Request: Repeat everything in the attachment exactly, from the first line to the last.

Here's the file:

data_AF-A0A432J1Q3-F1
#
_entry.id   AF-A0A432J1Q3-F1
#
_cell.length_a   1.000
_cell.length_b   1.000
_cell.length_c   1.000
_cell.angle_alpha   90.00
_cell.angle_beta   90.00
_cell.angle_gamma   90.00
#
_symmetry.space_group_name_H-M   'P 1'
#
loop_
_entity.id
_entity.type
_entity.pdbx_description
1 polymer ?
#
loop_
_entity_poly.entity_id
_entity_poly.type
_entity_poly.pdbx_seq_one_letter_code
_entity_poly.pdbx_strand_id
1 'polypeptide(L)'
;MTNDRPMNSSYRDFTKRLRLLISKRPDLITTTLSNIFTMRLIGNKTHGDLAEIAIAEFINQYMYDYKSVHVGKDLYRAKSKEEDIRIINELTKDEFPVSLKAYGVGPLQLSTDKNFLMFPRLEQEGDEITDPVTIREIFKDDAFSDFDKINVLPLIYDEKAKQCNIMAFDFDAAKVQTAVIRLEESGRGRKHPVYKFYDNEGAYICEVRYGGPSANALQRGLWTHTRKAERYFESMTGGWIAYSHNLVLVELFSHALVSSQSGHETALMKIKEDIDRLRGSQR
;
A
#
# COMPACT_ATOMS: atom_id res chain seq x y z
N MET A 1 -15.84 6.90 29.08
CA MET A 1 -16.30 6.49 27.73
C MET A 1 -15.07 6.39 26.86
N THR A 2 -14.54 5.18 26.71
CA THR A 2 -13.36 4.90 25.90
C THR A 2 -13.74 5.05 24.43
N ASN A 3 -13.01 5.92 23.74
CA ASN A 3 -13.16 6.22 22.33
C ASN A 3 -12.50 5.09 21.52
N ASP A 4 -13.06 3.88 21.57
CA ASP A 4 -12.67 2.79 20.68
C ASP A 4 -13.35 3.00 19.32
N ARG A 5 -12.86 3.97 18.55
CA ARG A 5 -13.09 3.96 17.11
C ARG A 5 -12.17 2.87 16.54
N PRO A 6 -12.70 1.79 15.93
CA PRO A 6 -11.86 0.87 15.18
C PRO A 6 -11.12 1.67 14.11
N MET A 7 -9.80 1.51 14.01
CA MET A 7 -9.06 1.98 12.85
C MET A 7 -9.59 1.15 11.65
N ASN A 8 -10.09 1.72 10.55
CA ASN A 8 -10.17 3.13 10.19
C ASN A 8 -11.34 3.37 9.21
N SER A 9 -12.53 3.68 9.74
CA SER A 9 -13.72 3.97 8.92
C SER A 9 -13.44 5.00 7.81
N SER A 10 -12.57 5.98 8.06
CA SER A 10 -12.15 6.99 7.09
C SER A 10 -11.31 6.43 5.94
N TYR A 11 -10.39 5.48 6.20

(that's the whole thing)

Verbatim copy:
data_AF-A0A432J1Q3-F1
#
_entry.id   AF-A0A432J1Q3-F1
#
_cell.length_a   1.000
_cell.length_b   1.000
_cell.length_c   1.000
_cell.angle_alpha   90.00
_cell.angle_beta   90.00
_cell.angle_gamma   90.00
#
_symmetry.space_group_name_H-M   'P 1'
#
loop_
_entity.id
_entity.type
_entity.pdbx_description
1 polymer ?
#
loop_
_entity_poly.entity_id
_entity_poly.type
_entity_poly.pdbx_seq_one_letter_code
_entity_poly.pdbx_strand_id
1 'polypeptide(L)'
;MTNDRPMNSSYRDFTKRLRLLISKRPDLITTTLSNIFTMRLIGNKTHGDLAEIAIAEFINQYMYDYKSVHVGKDLYRAKSKEEDIRIINELTKDEFPVSLKAYGVGPLQLSTDKNFLMFPRLEQEGDEITDPVTIREIFKDDAFSDFDKINVLPLIYDEKAKQCNIMAFDFDAAKVQTAVIRLEESGRGRKHPVYKFYDNEGAYICEVRYGGPSANALQRGLWTHTRKAERYFESMTGGWIAYSHNLVLVELFSHALVSSQSGHETALMKIKEDIDRLRGSQR
;
A
#
# COMPACT_ATOMS: atom_id res chain seq x y z
N MET A 1 -15.84 6.90 29.08
CA MET A 1 -16.30 6.49 27.73
C MET A 1 -15.07 6.39 26.86
N THR A 2 -14.54 5.18 26.71
CA THR A 2 -13.36 4.90 25.90
C THR A 2 -13.74 5.05 24.43
N ASN A 3 -13.01 5.92 23.74
CA ASN A 3 -13.16 6.22 22.33
C ASN A 3 -12.50 5.09 21.52
N ASP A 4 -13.06 3.88 21.57
CA ASP A 4 -12.67 2.79 20.68
C ASP A 4 -13.35 3.00 19.32
N ARG A 5 -12.86 3.97 18.55
CA ARG A 5 -13.09 3.96 17.11
C ARG A 5 -12.17 2.87 16.54
N PRO A 6 -12.70 1.79 15.93
CA PRO A 6 -11.86 0.87 15.18
C PRO A 6 -11.12 1.67 14.11
N MET A 7 -9.80 1.51 14.01
CA MET A 7 -9.06 1.98 12.85
C MET A 7 -9.59 1.15 11.65
N ASN A 8 -10.09 1.72 10.55
CA ASN A 8 -10.17 3.13 10.19
C ASN A 8 -11.34 3.37 9.21
N SER A 9 -12.53 3.68 9.74
CA SER A 9 -13.72 3.97 8.92
C SER A 9 -13.44 5.00 7.81
N SER A 10 -12.57 5.98 8.06
CA SER A 10 -12.15 6.99 7.09
C SER A 10 -11.31 6.43 5.94
N TYR A 11 -10.39 5.48 6.20